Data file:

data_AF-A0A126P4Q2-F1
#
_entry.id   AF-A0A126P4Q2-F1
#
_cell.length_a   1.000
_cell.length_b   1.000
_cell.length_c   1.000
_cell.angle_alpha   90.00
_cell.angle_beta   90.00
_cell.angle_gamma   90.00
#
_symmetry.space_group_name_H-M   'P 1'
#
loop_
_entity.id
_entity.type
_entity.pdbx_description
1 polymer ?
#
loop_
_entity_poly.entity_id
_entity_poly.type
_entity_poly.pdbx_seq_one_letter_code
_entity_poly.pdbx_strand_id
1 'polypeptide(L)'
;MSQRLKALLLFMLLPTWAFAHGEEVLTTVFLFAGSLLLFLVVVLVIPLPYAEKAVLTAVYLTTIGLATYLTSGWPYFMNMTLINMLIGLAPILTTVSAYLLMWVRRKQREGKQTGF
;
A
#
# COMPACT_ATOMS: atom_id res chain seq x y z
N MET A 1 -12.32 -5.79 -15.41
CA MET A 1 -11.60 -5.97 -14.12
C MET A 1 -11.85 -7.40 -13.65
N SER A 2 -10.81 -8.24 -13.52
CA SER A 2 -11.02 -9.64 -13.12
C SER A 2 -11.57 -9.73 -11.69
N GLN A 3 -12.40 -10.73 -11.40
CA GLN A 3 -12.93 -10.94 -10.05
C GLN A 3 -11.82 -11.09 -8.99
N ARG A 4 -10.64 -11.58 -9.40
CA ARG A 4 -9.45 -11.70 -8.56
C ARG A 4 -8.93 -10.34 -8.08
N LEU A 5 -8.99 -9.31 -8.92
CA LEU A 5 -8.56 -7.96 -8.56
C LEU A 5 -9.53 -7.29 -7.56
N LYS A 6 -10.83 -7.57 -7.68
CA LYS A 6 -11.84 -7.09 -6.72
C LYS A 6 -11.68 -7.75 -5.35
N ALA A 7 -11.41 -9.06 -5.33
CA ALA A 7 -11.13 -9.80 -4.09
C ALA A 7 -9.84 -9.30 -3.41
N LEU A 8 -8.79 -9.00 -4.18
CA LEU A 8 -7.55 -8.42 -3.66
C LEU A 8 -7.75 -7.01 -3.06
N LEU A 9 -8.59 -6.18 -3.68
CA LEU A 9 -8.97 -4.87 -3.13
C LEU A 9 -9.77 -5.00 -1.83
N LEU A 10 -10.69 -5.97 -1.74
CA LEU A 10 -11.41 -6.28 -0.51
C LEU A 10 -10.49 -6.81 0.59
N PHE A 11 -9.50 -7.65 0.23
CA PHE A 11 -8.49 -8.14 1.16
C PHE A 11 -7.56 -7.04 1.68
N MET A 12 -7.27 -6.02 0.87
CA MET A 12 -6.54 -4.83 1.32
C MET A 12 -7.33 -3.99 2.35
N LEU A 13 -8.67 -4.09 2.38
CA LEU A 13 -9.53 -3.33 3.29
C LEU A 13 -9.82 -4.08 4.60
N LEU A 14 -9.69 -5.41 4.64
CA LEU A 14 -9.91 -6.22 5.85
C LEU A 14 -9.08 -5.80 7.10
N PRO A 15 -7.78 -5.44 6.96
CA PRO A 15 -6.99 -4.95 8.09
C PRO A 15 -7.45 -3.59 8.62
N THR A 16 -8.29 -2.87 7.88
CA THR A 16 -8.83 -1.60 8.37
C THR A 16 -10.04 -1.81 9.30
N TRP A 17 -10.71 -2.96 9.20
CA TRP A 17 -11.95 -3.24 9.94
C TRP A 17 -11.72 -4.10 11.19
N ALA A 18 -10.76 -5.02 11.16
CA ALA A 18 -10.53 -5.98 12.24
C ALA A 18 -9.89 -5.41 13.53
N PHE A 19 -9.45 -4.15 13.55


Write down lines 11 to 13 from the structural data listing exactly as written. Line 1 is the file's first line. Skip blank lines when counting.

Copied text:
#
_symmetry.space_group_name_H-M   'P 1'
#